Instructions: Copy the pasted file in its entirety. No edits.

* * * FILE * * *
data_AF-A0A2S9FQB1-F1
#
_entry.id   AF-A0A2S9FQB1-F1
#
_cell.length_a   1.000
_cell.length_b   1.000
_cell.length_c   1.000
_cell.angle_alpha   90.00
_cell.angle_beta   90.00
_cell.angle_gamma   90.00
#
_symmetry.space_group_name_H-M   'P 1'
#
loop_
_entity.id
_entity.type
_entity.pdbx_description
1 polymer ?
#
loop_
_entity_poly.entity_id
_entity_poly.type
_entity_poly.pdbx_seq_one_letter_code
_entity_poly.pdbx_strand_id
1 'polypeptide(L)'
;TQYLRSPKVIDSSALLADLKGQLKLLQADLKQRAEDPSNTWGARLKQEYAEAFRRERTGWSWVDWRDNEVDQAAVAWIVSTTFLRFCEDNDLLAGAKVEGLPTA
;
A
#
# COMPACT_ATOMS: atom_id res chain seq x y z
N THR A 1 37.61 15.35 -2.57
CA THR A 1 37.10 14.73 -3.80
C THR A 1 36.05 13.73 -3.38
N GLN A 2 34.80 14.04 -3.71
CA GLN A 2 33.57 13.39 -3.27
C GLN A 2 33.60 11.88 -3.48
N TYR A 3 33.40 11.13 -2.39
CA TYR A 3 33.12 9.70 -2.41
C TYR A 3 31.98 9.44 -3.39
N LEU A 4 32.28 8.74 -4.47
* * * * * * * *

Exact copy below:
data_AF-A0A2S9FQB1-F1
#
_entry.id   AF-A0A2S9FQB1-F1
#
_cell.length_a   1.000
_cell.length_b   1.000
_cell.length_c   1.000
_cell.angle_alpha   90.00
_cell.angle_beta   90.00
_cell.angle_gamma   90.00
#
_symmetry.space_group_name_H-M   'P 1'
#
loop_
_entity.id
_entity.type
_entity.pdbx_description
1 polymer ?
#
loop_
_entity_poly.entity_id
_entity_poly.type
_entity_poly.pdbx_seq_one_letter_code
_entity_poly.pdbx_strand_id
1 'polypeptide(L)'
;TQYLRSPKVIDSSALLADLKGQLKLLQADLKQRAEDPSNTWGARLKQEYAEAFRRERTGWSWVDWRDNEVDQAAVAWIVSTTFLRFCEDNDLLAGAKVEGLPTA
;
A
#
# COMPACT_ATOMS: atom_id res chain seq x y z
N THR A 1 37.61 15.35 -2.57
CA THR A 1 37.10 14.73 -3.80
C THR A 1 36.05 13.73 -3.38
N GLN A 2 34.80 14.04 -3.71
CA GLN A 2 33.57 13.39 -3.27
C GLN A 2 33.60 11.88 -3.48
N TYR A 3 33.40 11.13 -2.39
CA TYR A 3 33.12 9.70 -2.41
C TYR A 3 31.98 9.44 -3.39
N LEU A 4 32.28 8.74 -4.47